Continuation of the memory of history of the Greater Poland Uprising, its tradition and meaning.
- During the celebrations of the 70th anniversary of the Greater Poland Uprising
- The objectives of the Society are accomplished, among other things, by
- The original statuette was made by the then Odlewnia Żeliw Śrem S.A.
- The subsequent educational reforms have not changed much.
- They make a contribution, among other things
- There is a Club which functions in association with the Main Board of the Society for the Memory of the Greater Poland Uprising
- The national rallies have become a traditional form of contact between schools and organisational units
- Among many other initiatives of the Society for the Memory (...)
- One vitally important element of the activities of the Society for the Memory of the Greater Poland Uprising (...)
During the celebrations of the 70th anniversary of the Greater Poland Uprising, the question arose among its veterans of who would be responsible for the further cultivation of the memory of their victorious uprising, who would popularise the knowledge of it and the traditions and values which accompanied the independence outburst of the years 1918-1919.
Age, and as a result of this, the inevitable decline in the number of insurgents and their deteriorating health conditions started to limit the activities of the National Committee for Veterans of the Greater Poland Uprising 1918-1919 operating within the Society of Fighters for Freedom and Democracy.
The expectations of the veteran circles, as well as social demand, gave rise to the idea of the establishment of a society which should take over the current traditions and continue the popularisation of the memory of and knowledge of the victorious uprising. At that time, only 80 insurgents were still alive in Poland. A few years later, on 23 March 2005, the last veteran of the Greater Poland Uprising died - Lieutenant Jan Rzepa from Wronki.
Hence, a group, which consisted of 25 people who were members of the Organisational Committee for the anniversary celebrations in the year 1988, responded to these concerns raised by the veterans with a specific proposal. On 30 January 1989, the Society for the Memory of the Greater Poland Uprising 1918/1919 was established with the seat of the Main Board located in Poznań. The members of the Society included descendants of insurgents and representatives of families of the Greater Poland Uprising participants. These are the core members of the organisation – regardless of their place of residence. Furthermore, people who hold the history and values of the victorious effort of the Greater Poland residents in the years 1918-1919 very close and who actively participate in different ways in the popularisation of this uprising are also members of the society.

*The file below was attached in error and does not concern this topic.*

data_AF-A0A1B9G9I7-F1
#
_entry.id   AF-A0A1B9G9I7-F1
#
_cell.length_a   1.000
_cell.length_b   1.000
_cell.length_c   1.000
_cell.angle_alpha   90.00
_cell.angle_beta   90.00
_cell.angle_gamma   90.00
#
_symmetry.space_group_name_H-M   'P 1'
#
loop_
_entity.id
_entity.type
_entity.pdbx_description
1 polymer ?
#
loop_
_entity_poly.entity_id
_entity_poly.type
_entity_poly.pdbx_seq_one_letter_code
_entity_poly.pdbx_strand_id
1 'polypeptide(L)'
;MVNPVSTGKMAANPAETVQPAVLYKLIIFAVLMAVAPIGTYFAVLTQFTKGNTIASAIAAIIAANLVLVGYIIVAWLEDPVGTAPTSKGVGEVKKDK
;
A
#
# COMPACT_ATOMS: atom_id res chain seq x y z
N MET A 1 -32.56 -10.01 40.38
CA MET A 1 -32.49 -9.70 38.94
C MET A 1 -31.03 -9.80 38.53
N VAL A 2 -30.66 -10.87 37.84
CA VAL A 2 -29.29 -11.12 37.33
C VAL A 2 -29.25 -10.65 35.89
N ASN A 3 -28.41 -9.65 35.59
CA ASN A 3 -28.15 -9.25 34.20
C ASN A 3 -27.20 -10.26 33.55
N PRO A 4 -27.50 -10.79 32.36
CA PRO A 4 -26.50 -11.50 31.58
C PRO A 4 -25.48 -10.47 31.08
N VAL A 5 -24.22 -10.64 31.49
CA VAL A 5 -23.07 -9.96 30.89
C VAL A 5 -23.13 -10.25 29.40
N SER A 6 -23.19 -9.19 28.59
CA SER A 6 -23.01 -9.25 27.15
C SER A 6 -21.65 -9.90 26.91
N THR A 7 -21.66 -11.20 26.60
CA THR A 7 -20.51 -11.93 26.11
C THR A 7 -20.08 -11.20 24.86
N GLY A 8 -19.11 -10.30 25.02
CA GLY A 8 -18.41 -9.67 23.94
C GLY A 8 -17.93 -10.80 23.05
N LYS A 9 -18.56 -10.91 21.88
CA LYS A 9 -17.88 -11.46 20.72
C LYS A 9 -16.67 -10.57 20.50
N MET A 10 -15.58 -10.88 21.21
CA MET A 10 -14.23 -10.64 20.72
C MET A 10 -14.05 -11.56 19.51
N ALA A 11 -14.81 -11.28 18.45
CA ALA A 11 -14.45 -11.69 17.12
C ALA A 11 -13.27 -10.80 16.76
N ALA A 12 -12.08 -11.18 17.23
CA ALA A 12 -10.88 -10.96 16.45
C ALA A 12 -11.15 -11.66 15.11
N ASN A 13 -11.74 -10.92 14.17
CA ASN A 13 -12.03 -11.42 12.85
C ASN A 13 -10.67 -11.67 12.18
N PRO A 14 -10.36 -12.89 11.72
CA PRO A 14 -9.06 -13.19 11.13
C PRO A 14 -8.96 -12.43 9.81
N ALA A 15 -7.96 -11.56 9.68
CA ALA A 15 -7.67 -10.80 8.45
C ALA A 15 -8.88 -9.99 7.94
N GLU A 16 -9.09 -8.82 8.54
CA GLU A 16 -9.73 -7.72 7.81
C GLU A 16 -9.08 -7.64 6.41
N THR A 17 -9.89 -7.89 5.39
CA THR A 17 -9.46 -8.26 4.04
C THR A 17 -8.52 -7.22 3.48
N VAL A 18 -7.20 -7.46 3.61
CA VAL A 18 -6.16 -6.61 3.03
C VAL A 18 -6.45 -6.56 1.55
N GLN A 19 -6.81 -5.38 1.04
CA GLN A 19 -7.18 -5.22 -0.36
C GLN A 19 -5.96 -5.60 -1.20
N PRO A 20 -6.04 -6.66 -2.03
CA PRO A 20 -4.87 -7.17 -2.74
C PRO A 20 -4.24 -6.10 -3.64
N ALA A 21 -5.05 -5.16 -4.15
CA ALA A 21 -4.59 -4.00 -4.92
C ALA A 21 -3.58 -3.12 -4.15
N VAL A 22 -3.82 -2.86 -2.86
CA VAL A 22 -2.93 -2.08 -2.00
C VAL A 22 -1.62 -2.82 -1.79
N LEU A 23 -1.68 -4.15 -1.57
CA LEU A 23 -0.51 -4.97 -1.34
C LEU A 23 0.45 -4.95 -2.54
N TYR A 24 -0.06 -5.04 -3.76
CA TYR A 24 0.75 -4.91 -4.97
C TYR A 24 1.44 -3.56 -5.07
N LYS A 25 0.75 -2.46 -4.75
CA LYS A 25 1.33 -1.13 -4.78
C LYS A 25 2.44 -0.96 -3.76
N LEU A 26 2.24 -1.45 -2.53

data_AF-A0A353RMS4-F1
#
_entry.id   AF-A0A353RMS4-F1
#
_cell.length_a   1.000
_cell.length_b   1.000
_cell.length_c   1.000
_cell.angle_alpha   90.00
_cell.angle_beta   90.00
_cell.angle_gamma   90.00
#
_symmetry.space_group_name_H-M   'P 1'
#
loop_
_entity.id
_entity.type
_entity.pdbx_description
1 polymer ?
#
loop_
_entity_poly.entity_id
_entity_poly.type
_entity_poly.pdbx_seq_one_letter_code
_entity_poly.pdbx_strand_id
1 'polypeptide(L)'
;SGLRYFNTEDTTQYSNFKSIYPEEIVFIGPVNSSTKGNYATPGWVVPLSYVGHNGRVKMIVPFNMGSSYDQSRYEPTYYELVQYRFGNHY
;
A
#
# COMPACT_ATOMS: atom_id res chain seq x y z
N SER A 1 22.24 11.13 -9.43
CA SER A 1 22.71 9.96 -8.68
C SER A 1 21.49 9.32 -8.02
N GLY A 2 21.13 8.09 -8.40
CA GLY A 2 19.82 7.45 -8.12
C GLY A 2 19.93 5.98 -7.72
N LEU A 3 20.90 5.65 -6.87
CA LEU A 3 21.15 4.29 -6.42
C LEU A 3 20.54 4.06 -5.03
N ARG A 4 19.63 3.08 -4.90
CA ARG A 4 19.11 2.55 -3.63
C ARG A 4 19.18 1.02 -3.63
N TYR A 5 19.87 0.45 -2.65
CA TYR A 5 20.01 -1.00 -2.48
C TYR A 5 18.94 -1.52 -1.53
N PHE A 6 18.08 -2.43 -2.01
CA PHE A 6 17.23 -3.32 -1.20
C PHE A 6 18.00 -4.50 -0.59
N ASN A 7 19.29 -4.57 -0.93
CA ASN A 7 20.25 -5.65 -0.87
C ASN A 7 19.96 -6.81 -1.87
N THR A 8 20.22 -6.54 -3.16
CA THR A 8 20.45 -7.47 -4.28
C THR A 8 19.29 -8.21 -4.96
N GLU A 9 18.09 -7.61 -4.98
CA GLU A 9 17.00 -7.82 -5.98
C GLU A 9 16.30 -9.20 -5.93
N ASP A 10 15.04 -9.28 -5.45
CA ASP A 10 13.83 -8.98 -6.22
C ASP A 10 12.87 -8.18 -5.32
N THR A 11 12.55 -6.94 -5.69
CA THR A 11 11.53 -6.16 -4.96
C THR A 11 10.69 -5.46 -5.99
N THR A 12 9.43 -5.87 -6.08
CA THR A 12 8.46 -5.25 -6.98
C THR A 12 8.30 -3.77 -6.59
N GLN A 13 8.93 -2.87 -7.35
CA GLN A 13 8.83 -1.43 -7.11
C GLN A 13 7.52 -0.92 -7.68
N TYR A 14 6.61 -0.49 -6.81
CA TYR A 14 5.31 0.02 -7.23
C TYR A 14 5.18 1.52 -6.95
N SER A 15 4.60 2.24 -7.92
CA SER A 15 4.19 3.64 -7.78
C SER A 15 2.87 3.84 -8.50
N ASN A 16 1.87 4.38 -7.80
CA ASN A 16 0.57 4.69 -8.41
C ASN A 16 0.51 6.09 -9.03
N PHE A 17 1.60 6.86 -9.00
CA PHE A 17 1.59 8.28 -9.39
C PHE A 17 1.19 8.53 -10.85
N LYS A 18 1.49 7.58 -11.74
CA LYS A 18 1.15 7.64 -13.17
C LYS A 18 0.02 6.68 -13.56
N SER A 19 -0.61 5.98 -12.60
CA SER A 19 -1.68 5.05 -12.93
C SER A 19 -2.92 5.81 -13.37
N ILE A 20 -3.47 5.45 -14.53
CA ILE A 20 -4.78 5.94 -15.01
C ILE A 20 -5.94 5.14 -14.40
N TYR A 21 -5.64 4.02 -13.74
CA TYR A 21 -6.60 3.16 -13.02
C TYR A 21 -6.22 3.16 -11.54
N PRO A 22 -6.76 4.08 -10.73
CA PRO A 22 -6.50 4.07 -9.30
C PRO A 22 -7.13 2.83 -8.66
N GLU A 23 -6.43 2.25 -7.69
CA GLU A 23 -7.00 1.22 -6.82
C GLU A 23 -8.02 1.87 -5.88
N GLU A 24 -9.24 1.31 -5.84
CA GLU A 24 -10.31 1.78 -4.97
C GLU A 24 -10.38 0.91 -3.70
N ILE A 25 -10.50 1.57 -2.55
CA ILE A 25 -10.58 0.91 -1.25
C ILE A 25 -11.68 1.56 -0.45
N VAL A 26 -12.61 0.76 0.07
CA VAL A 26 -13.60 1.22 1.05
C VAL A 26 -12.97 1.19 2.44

The main objective of the Society for the Memory of the Greater Poland Uprising 1918/1919 is, as the name indicates, to maintain the memory and shape the historical awareness of society - especially among the younger generation, of the significance of the victorious independence effort for our Home Country - the Second Republic of Poland reborn after many years of partitioning.
The victory accomplished by the insurgents had major impacts on:
- the liberation of the Greater Poland region, the territory which is considered the cradle of Polish statehood, and also the shape of the western border of the Second Republic of Poland;
- the integration of Greater Poland with the previously liberated regions of the country, making a great contribution in the form of a highly developed economy, including effective agriculture and a modern agri-food industry along with thriving trade
- the formation of an organised, well-trained and well-equipped Greater Poland Army in a short time, counting approx. 100000 people, and the incorporation of a large amount of military equipment, captured during battles with the partitioning country, including aeroplanes, thus strengthening the emerging Polish Army both quantitatively and qualitatively.
On top of this, the insurgents – the subsequent soldiers of the Greater Poland Army, took part in battles fought to shape the second border - the border in the east, often straight after leaving the insurgent trenches.
They also fought in the eastern regions of the country, for Lviv and Vilnius, being distinguished by their organisation and valour during the Polish-Bolshevik war.
The victorious acts of the Greater Poland residents also awakened the patriotism and inspired the activities of the Poles who lived in Silesia and Pomerania.
A significant group of Greater Poland insurgents participated in the liberation battles of the inhabitants of Silesia. Some of them had taken part in the organisation of plebiscites in that area.